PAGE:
Program on Science, Technology and Society at Harvard

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Ian Vincent McGonigle

Ian Vincent McGonigle

mcgonigle (at)

Ian Vincent McGonigle is a Visiting Fellow at Program on Science, Technology and Society for the 2013-2014 academic year. He is supported by a Fellowship administered by the Social Sciences Division of the University of Chicago, where he has been a graduate student of Anthropology since 2011. His research can be roughly situated in the Anthropology of Science, focusing on the biopolitical side of personal genomics, investigating the ways that ‘reading the genome’ can be seen to tie together predictive medicine, racial science, and political affiliations, such as nation states and ethnic communities.

Previously Ian was a postdoctoral research scientist at the Department of Biochemistry, University of Cambridge, where he also held a Medical Research Council UK studentship and completed his PhD (2010), investigating the molecular mechanisms underlying neurotransmitter receptor function. Ian also holds a BA in Biochemistry with Cell Biology from Trinity College Dublin (2007) and an MA in Anthropology from University of Chicago (2013). At Chicago, Ian wrote a masters paper on ethnopharmacology that dealt with the political and epistemological problems inherent in translating across distinct forms of expert knowledge. His research horizons thus extend from basic biological questions encompassed by pharmacology and neuroscience, to broader, reflexive, epistemological problems, such as the different and sometimes incommensurable ways in which knowledge can be produced, known, and communicated.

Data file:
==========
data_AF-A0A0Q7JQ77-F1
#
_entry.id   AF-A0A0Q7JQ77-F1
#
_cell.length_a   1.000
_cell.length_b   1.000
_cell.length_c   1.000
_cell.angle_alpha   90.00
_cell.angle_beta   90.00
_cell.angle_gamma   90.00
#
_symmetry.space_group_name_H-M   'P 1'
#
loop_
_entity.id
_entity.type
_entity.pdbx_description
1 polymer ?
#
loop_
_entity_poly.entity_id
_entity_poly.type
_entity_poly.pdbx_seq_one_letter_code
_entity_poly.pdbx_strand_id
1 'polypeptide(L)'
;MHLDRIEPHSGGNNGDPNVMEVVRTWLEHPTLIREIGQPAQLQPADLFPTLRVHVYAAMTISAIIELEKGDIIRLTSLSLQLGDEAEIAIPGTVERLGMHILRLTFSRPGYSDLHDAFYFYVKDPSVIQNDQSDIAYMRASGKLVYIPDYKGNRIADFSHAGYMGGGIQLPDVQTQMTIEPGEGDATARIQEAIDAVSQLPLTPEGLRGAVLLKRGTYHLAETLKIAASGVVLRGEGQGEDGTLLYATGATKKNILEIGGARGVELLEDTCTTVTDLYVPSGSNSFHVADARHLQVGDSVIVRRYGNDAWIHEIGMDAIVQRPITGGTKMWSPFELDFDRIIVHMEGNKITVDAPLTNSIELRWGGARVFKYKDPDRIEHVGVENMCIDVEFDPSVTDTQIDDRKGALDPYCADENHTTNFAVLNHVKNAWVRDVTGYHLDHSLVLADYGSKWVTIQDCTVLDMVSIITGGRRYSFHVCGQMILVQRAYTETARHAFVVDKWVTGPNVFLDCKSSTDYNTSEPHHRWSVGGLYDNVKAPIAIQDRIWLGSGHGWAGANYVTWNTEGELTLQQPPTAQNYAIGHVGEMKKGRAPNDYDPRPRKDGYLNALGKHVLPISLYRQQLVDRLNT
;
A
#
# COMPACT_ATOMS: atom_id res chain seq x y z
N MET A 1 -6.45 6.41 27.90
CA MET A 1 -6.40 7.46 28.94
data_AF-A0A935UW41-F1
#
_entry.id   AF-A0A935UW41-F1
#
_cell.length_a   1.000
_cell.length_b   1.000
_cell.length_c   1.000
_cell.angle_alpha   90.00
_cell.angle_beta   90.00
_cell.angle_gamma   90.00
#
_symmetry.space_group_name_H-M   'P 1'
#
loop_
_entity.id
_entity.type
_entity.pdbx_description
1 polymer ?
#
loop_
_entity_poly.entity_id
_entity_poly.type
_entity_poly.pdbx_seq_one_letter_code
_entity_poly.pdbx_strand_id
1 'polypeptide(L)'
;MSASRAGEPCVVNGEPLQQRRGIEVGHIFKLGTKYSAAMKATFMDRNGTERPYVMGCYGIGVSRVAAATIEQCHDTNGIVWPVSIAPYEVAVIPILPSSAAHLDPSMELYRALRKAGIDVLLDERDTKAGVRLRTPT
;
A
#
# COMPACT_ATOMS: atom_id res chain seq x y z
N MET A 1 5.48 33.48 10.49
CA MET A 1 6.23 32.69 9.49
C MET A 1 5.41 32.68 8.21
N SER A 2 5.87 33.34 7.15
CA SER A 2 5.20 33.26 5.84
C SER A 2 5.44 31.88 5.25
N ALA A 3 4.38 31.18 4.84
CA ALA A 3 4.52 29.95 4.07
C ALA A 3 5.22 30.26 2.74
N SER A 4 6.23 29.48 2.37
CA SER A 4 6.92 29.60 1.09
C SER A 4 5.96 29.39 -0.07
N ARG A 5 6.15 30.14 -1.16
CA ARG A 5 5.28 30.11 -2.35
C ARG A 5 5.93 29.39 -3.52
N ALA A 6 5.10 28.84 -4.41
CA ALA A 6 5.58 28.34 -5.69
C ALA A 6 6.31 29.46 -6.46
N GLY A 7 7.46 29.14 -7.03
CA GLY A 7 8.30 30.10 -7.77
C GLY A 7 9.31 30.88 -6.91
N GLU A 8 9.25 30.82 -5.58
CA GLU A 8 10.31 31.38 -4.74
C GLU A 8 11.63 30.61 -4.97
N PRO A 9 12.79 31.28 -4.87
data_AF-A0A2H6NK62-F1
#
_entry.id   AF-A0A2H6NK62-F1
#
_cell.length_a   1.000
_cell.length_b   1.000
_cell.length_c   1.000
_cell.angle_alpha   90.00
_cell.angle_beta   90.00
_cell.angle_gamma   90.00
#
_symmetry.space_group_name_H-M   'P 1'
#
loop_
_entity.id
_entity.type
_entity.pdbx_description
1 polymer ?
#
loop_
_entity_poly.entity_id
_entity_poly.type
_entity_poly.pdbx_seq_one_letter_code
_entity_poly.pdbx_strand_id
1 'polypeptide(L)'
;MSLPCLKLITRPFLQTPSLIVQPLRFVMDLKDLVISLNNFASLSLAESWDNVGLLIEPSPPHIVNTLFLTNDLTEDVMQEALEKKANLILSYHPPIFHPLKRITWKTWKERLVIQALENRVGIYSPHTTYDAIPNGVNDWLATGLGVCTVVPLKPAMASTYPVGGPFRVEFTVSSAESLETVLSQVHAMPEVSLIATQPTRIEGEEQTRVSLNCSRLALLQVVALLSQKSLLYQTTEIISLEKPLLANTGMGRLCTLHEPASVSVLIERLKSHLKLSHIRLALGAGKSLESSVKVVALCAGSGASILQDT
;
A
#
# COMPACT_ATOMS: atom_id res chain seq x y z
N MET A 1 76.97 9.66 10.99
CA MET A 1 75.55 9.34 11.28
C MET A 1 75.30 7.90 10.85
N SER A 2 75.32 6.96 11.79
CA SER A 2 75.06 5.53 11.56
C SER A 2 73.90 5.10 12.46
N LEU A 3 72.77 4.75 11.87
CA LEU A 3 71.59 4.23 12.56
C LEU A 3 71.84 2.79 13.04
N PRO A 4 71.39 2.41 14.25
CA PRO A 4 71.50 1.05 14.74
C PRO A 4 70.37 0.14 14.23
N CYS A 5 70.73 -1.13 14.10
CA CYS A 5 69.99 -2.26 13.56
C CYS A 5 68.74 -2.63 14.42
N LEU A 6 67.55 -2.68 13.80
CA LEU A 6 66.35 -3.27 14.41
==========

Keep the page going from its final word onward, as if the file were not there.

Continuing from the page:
While at Harvard, Ian will be developing his doctoral research proposal and preparing for anthropological fieldwork in Israel, where he plans to investigate the social life of genomic science and its links to broader Israeli society.



McGonigle, I.V. (2013) Khat: Chewing on a Bitter Controversy. Anthropology Today 29(4): 4-7.

McGonigle, I.V. (2012) Bruno Latour: A Philosophical Critic of ‘Facts’ and ‘Modernity.’ Science as Culture 21(4): 556-560.



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